Swallows Bring Summer – and Eat Pests

Based on conversations with several homeys over the past week or so, my recent garden experience is about normal for this particular year. Even at mid-day, I was finding that the mosquitoes would suddenly outnumber the weeds I was pulling. I found myself praying – begging really – for swallows. Thankfully, we are entering their season.

I love watching swallows – just off the water, dipping for insects or a drink – or most anywhere. I have, on occasion, been swept away at four-way stops, or stoplights, watching violet-green and cliff swallows sweeping and dipping (The Old Man called it “jitterbugging”) through and around cars. I may, sometimes, have been so enthralled watching them snatch up injured insects rising off warm hoods or grills that other drivers felt compelled to rudely remind me to move my rig.

In addition to our stoplight jitterbuggers, we commonly see tree, bank and barn varieties. (There are plenty of northern rough-winged swallows in Paradise, too, but we seem to notice them less.)

In these days of concern over Zika, West Nile and other mosquito-carried diseases, the swallows of Paradise take on a whole new importance. They will individually and collectively eat uncounted tons of mosquitos and other flying insects this summer.

Horse owners will often tell you, enthusiastically and with a touch of awe, about the mud nests on the walls of their boarding barns. They will probably even tell you about the birds keeping flying insects off their horses and foals. With a nod to the enthusiasm of Deborah “Bird Whisperer” Essman for these amazing and valuable birds, let’s talk swallows.

All six of the swallows we enjoy in Washington are elegant flyers with long, pointed wings, and (except for the cliff swallow) notched tails. We see plenty of barn (Hirundo rustica), violet-green (Tachycineta thalassina) and cliff swallows (Petrochelidon pyrrhonota). Along with tree (Tachycineta bicolor) and bank (Riparia riparia) swallows, there is a fair population of the northern rough-winged (Stelgidopteryx serripennis). They are all migratory birds.

Tree swallows arrive first in spring and head south last in fall, and are the only swallows to largely winter within the U.S.  (Most of ours winter along the Gulf of Mexico or southern California.) Flying insects make up most of the tree swallow’s diet, although more than any other Washington swallow, the tree swallow eats berries and other vegetative matter when insects aren’t flying. This allows it to weather cold spells better than other swallows, which thus allows it to winter farther north.

On the other hand, barn and cliff swallows have among the longest migration flights of any of our land birds – some actually winter as far south as Patagonia and Tierra del Fuego at the southern tip of South America.

Tree swallows nest in tree cavities or nest boxes (especially near water) and compete – often poorly – with mountain bluebirds, flickers, starlings and others for cavities. Where nest boxes have been provided, their populations have increased.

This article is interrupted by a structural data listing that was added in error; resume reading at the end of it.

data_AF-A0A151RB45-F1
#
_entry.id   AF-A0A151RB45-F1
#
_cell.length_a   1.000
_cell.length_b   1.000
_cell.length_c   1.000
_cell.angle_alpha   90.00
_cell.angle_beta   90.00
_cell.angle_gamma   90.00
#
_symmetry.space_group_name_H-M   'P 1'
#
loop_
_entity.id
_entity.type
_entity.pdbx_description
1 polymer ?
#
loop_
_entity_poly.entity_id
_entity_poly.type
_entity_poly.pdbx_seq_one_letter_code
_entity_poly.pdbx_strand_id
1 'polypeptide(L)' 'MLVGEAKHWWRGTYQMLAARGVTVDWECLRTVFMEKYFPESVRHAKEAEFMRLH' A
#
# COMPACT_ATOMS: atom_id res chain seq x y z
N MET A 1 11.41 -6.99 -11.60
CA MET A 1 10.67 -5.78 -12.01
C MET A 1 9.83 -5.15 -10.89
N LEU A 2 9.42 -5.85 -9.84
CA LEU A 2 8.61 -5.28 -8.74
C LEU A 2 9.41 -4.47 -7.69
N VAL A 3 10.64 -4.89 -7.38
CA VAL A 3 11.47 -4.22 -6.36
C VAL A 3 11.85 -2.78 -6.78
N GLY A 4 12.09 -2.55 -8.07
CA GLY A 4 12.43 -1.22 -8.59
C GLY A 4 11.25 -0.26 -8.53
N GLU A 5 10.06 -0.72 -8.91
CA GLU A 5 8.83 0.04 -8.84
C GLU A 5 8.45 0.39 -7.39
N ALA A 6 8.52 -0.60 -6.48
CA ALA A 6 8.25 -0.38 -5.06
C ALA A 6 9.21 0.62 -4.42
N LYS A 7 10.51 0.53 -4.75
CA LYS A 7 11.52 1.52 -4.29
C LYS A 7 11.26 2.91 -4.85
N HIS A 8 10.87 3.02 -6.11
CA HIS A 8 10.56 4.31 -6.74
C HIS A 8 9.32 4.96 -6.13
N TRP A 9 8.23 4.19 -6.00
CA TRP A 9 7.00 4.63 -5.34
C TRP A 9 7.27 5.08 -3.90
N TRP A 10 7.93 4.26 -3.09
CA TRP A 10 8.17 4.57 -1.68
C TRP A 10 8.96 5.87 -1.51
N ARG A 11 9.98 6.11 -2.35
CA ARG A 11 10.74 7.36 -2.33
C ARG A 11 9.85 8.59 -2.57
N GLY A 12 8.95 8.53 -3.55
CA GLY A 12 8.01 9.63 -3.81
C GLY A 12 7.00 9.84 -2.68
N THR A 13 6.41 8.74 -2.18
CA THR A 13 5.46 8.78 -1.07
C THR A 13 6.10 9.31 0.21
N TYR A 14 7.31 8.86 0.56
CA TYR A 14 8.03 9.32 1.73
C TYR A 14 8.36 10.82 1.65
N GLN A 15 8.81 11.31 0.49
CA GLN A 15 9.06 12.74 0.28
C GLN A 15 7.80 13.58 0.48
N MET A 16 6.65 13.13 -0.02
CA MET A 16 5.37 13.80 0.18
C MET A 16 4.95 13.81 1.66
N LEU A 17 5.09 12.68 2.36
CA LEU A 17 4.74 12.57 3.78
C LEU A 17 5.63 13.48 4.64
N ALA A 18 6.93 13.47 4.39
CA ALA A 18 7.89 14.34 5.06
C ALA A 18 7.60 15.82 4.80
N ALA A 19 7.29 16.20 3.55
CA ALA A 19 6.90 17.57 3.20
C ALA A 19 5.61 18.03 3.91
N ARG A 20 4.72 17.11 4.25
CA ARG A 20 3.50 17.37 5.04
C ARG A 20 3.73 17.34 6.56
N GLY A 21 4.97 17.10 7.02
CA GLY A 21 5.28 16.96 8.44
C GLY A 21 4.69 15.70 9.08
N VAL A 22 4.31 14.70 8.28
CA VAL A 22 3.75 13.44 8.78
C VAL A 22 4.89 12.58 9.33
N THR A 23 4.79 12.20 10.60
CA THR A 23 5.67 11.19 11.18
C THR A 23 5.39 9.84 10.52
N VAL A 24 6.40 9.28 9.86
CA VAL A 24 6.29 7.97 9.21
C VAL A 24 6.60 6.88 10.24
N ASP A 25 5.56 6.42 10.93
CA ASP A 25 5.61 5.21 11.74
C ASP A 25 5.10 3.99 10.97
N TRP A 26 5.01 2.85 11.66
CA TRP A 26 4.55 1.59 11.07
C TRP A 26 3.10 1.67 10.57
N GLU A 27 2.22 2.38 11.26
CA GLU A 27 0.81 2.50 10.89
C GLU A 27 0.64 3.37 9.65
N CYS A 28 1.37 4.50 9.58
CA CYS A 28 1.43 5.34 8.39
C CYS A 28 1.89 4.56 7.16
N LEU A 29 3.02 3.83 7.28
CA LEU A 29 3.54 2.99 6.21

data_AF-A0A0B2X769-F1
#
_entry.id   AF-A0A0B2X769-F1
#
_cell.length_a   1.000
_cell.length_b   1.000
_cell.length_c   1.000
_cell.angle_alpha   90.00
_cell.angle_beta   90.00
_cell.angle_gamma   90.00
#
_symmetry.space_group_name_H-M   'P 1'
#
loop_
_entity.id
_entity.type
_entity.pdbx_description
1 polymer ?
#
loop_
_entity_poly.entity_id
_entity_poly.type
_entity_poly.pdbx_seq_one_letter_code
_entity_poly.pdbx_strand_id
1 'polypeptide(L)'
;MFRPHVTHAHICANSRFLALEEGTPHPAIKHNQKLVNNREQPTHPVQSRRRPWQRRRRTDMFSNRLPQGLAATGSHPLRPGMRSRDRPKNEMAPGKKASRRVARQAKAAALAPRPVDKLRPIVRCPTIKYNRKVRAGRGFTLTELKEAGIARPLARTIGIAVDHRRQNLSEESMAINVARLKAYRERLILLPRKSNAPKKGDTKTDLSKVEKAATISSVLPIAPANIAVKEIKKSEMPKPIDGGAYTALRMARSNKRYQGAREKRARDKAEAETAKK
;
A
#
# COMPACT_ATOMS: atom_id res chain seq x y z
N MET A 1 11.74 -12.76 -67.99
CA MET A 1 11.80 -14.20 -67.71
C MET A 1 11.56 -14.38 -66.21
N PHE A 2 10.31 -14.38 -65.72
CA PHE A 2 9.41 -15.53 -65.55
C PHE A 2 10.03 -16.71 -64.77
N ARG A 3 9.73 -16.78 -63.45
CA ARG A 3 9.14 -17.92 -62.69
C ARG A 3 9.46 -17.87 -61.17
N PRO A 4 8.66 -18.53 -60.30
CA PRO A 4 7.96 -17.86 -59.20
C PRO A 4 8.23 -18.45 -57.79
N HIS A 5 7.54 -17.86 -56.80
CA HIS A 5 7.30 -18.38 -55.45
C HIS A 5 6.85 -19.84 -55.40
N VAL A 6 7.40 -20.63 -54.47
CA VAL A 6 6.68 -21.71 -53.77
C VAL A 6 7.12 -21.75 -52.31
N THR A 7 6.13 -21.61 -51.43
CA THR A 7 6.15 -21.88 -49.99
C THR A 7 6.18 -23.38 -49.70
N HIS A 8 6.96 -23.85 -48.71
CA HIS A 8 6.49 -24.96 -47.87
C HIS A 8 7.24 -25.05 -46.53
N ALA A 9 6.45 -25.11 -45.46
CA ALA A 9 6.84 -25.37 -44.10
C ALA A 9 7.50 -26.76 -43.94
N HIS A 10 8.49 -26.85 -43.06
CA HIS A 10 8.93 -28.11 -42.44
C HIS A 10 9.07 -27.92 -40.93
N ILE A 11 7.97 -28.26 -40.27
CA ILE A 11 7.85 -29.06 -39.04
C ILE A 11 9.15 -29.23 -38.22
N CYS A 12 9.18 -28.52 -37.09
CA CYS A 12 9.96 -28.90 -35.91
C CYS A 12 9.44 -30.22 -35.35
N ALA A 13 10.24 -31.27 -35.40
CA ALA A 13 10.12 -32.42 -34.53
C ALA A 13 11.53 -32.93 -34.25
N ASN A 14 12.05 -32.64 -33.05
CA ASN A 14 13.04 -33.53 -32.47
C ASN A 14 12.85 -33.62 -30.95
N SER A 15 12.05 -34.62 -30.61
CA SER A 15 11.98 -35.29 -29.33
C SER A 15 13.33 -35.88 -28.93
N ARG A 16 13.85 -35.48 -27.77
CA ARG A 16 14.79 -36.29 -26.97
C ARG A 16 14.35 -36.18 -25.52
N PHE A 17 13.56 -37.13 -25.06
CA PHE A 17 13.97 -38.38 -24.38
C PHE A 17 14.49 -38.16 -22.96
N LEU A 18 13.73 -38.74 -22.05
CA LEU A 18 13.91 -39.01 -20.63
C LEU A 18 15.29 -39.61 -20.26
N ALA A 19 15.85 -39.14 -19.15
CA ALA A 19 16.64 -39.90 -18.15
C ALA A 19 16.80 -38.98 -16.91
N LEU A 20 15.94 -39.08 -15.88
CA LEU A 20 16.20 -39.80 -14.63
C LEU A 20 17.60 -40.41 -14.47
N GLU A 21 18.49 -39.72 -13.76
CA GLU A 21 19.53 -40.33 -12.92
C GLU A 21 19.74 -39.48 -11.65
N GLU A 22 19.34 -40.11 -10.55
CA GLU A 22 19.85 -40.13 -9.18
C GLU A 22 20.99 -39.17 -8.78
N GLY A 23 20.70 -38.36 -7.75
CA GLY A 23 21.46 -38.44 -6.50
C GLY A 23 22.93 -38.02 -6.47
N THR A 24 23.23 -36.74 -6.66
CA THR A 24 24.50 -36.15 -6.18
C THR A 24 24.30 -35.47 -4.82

In addition to cliffs (check out the Selah Cliffs Natural Area at the west-bound I-82 rest area by the Training Center), cliff swallows use bridges, culverts, and buildings near water for nesting.  Mud nests are bulbous affairs, stacked one on top of the other, with entrances on the sides, facing a bit downward. These colonial creatures make the most densely populated communities of any breeding birds on the continent; including as many as 1,000 or more pairs, each with its own gourd-shaped nest somewhere in the jumble.

Barn swallows are our most common urban-area swallows, living wherever civilization goes. Cup-shaped nests are made of mud plastered to the timbers of barns or other outbuildings.

Barn and cliff swallows are often observed carrying mouthful after mouthful of mud, then shaping it with feet, beak and body. This is work. One study found that a particular pair of barn swallows – to collect the mud and materials for their nest – made 1,359 trips, covering a total of 137 miles in a work period of six to eight days. It appears that they still take time to play (celebrate?), however, as many have been observed carrying feathers high into the sky, dropping them, and swooping down to catch them in mid-air before adding final touches to the nest.

Overall, swallow populations are healthy and increasing. This is good: few sights are more enjoyable than those flashes of orange, purple, green or brown in rapid, skillful flight around the bridges, overpasses, buildings, water and ag ground of Paradise.

Learn more about the sounds, nests, colors and lives of swallows from www.birdweb.org/, www.allaboutbirds.org, or a good field guide. Photos. Too.

As robins bring spring, so swallows bring summer – and help keep it livable.

Written by Jim Huckabay. Posted in Uncategorized

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